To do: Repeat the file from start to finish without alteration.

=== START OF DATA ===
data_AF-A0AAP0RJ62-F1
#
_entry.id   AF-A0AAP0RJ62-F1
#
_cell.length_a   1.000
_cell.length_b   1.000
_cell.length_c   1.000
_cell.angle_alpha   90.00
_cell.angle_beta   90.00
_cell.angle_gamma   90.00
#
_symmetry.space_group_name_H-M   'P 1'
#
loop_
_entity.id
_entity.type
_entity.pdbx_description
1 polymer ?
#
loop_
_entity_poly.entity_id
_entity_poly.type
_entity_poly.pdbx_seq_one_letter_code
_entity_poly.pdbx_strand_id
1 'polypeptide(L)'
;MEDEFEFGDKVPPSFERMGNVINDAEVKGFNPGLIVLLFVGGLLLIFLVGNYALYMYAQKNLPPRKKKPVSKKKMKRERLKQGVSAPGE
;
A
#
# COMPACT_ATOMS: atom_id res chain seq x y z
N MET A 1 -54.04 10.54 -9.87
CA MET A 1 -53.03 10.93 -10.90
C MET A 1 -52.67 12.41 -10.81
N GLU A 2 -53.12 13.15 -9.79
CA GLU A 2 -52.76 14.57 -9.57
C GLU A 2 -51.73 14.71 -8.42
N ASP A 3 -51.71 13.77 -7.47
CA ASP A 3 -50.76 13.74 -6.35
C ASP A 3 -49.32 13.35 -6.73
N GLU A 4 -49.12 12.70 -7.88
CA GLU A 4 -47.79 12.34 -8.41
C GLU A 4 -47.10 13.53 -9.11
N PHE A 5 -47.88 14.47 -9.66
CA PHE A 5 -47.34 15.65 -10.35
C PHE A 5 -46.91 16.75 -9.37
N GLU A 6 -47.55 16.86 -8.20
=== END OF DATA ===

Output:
data_AF-A0AAP0RJ62-F1
#
_entry.id   AF-A0AAP0RJ62-F1
#
_cell.length_a   1.000
_cell.length_b   1.000
_cell.length_c   1.000
_cell.angle_alpha   90.00
_cell.angle_beta   90.00
_cell.angle_gamma   90.00
#
_symmetry.space_group_name_H-M   'P 1'
#
loop_
_entity.id
_entity.type
_entity.pdbx_description
1 polymer ?
#
loop_
_entity_poly.entity_id
_entity_poly.type
_entity_poly.pdbx_seq_one_letter_code
_entity_poly.pdbx_strand_id
1 'polypeptide(L)'
;MEDEFEFGDKVPPSFERMGNVINDAEVKGFNPGLIVLLFVGGLLLIFLVGNYALYMYAQKNLPPRKKKPVSKKKMKRERLKQGVSAPGE
;
A
#
# COMPACT_ATOMS: atom_id res chain seq x y z
N MET A 1 -54.04 10.54 -9.87
CA MET A 1 -53.03 10.93 -10.90
C MET A 1 -52.67 12.41 -10.81
N GLU A 2 -53.12 13.15 -9.79
CA GLU A 2 -52.76 14.57 -9.57
C GLU A 2 -51.73 14.71 -8.42
N ASP A 3 -51.71 13.77 -7.47
CA ASP A 3 -50.76 13.74 -6.35
C ASP A 3 -49.32 13.35 -6.73
N GLU A 4 -49.12 12.70 -7.88
CA GLU A 4 -47.79 12.34 -8.41
C GLU A 4 -47.10 13.53 -9.11
N PHE A 5 -47.88 14.47 -9.66
CA PHE A 5 -47.34 15.65 -10.35
C PHE A 5 -46.91 16.75 -9.37
N GLU A 6 -47.55 16.86 -8.20